Joseph F. Smith, Conference Report, April 1898, p. 11
Joseph F. Smith
Those who have taken upon themselves the responsibility of wedded life should see to it that they do not abuse the course of nature; that they do not destroy the principle of life within them, nor violate any of the commandments of God. The command which he gave in the beginning to multiply and replenish the earth is still in force upon the children of men. Possibly no greater sin could be committed by the people who have embraced this gospel than to prevent or to destroy life in the manner indicated. We are born into the world that we may have life, and we live that we may have a fullness of joy, and if we will obtain a fullness of joy, we must obey the law of our creation and the law by which we may obtain the consummation of our righteous hopes and desires ‑‑ life eternal.
Joseph F. Smith, Gospel Doctrine, p. 276
Joseph F. Smith
True it is that the body of man enters upon its career as a tiny germ or embryo, which becomes an infant, quickened at a certain stage by the spirit whose tabernacle it is, and the child, after being born, develops into a man. There is nothing in this, however, to indicate that the original man, the first of our race, began life as anything less than a man, or less than the human germ or embryo that becomes a man.
Joseph F. Smith, Improvement Era, November of 1909
Joseph F. Smith
These are the authentic statements of the scriptures, ancient and modern, and it is best to rest with these, until the Lord shall see fit to give more light on the subject. whether the mortal bodies of man evolved in natural processes to present perfection, through the direction and power of God; whether the first parents of our generations, Adam and Eve, were transplanted from another sphere, with immortal tabernacles, which became corrupted through sin and the partaking of natural foods, in the process of time; whether they were born here in mortality, as other mortals have been, are questions not fully answered in the revealed word of God.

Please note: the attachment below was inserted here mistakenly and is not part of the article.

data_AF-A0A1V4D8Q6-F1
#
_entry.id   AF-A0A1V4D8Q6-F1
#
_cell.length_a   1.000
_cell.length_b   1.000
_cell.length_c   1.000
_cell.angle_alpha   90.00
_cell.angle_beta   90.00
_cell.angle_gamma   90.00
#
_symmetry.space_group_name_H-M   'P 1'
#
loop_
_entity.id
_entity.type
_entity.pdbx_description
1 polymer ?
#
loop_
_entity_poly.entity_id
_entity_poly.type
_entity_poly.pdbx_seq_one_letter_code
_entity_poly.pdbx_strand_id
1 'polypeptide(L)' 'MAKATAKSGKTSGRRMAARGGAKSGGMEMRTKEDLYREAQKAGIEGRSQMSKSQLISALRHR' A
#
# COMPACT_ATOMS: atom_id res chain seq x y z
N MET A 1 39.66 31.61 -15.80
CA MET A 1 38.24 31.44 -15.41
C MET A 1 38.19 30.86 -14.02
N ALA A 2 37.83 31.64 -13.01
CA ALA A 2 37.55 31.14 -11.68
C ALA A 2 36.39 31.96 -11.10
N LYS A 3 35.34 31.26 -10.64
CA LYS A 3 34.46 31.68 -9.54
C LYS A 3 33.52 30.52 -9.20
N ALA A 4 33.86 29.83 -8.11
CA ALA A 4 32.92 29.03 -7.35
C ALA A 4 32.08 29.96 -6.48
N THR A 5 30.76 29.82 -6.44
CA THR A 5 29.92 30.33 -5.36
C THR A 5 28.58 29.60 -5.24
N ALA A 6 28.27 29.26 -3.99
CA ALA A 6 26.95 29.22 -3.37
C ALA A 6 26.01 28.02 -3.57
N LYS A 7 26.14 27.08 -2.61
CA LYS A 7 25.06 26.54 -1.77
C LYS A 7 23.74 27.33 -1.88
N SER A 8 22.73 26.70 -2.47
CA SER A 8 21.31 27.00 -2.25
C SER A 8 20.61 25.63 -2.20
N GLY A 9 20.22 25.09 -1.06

Joseph F. Smith, Improvement Era, Vol. 13, April 1910, No. 5(70), Priesthood Quorum's Table
Joseph F. Smith
If our Church schools would confine their so-called course of study in biology to that knowledge of the insect world which would help us to eradicate the pests that threaten the destruction of our crops and our fruit, such instruction would answer much better the aims of the Church school than theories which deal with the origin of life. These theories may have fascination for our teachers and they may find interest in the study of them, but they are not properly within the scope of the purpose for which these schools were organized. Some of our teachers are anxious to explain how much of the theory of evolution, in their judgment, is true, and what is false, but that only leaves their students in an unsettled frame of mind. They are not old enough and learned enough to discriminate, or put proper limitations upon a theory which we believe is more or less a fallacy.... On the other hand we have abundant evidence that many of those who have adopted in its fullness the theory of evolution have discarded the Bible, or at least refused to accept it as the inspired word of God.... Even if it were harmless from the standpoint of our faith, we think there are things more important to the daily affairs of life and the practical welfare of our young people. The Church itself has no philosophy about the modus operandi employed by the Lord in His creation of the world, and much of the talk therefore about the philosophy of Mormonism is altogether misleading...
Joseph F. Smith, Juvenile Instructor, 46(4):208-209, April 1911, Philosophy and the Church Schools